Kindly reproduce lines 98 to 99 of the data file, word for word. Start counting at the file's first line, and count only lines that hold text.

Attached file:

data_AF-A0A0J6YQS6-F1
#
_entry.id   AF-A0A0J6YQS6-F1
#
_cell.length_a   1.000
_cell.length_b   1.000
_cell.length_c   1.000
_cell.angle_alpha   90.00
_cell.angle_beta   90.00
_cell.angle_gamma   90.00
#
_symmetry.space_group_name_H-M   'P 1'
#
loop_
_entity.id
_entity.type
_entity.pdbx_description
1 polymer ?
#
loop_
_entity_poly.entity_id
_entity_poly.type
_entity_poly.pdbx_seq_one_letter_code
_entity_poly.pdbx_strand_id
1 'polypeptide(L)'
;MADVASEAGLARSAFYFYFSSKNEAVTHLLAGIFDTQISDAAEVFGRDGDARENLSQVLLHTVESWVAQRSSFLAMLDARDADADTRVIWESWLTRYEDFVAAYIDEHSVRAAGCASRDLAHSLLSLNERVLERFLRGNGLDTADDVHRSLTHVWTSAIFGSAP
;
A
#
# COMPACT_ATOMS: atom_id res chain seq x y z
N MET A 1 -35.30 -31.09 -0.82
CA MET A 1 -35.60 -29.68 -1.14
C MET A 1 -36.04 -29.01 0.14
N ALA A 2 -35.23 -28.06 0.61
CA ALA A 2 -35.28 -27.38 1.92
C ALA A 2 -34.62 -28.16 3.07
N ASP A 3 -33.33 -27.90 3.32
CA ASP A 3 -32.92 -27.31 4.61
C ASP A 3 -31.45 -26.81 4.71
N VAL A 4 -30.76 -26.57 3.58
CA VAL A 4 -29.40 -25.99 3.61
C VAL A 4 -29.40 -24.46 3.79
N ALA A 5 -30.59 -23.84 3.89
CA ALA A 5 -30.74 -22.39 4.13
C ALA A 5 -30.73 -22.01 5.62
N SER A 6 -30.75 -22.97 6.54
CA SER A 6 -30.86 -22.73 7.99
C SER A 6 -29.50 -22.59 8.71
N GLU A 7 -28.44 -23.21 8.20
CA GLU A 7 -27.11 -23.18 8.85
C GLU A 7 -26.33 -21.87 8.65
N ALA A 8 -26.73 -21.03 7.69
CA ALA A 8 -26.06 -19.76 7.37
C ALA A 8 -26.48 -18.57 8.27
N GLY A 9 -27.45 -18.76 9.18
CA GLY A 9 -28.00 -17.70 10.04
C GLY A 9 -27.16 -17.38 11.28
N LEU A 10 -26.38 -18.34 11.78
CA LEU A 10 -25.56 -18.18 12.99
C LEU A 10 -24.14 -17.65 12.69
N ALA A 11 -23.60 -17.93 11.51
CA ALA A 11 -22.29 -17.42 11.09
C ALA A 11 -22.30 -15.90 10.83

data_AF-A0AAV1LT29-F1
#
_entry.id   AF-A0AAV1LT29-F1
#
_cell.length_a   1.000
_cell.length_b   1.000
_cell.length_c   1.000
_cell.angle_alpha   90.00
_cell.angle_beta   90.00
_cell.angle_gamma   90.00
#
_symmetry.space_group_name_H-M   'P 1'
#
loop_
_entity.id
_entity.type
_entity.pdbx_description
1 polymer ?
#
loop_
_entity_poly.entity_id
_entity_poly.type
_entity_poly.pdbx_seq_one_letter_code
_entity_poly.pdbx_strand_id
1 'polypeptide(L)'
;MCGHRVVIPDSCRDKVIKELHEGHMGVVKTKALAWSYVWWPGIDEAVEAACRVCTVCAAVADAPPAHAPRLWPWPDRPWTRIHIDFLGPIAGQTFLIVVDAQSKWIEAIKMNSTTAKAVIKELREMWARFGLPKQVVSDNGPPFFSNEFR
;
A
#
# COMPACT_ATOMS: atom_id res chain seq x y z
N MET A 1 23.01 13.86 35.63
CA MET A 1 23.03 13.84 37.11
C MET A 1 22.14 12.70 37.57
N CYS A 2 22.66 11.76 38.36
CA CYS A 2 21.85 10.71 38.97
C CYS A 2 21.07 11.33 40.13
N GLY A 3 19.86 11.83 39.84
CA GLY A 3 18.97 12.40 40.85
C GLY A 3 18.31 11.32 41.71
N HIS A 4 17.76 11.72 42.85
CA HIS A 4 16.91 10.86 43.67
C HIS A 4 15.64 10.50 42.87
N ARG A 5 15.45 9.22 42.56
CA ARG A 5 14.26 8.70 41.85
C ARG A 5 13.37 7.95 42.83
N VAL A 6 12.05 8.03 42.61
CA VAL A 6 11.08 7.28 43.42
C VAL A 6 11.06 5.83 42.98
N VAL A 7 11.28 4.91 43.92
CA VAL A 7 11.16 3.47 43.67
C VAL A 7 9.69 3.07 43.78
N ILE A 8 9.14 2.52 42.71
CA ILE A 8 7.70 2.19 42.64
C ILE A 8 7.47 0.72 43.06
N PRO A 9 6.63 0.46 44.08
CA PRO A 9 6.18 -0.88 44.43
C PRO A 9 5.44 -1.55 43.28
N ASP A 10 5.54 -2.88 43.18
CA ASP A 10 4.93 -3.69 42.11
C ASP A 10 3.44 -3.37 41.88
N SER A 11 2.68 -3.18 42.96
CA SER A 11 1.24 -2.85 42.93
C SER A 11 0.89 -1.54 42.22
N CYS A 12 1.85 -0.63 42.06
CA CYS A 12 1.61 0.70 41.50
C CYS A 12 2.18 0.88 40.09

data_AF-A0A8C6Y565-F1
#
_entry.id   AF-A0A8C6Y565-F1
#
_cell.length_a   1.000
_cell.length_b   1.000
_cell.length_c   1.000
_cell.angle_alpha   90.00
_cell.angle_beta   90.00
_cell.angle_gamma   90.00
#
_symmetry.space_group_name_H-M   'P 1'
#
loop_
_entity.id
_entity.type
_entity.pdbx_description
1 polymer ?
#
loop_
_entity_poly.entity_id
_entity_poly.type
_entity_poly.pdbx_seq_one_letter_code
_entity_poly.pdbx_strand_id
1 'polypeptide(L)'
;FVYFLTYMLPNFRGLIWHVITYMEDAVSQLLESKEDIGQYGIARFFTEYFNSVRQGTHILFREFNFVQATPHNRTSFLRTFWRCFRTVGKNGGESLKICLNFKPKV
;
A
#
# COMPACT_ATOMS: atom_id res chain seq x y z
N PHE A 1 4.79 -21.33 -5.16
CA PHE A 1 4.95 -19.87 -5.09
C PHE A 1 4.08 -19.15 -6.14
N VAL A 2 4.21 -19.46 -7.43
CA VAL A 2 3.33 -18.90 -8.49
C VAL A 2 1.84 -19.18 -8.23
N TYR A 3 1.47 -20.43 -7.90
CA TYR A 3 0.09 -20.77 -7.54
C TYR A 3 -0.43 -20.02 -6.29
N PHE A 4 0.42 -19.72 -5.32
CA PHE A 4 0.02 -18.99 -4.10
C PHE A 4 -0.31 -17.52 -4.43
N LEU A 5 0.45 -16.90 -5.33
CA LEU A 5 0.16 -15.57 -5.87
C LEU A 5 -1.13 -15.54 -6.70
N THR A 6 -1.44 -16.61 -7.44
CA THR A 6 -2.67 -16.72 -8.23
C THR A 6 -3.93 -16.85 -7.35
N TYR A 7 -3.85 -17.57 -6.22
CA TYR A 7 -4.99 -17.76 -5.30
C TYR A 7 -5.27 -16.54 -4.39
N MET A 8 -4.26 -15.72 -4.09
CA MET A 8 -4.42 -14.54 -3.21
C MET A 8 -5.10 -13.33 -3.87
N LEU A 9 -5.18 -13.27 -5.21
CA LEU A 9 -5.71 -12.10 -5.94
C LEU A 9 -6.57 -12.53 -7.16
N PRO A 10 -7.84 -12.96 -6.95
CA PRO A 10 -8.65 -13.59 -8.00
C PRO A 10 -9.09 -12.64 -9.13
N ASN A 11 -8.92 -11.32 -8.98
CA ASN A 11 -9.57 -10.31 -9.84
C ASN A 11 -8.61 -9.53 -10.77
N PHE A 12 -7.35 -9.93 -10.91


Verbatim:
CA CYS A 2 21.85 10.71 38.97
C CYS A 2 21.07 11.33 40.13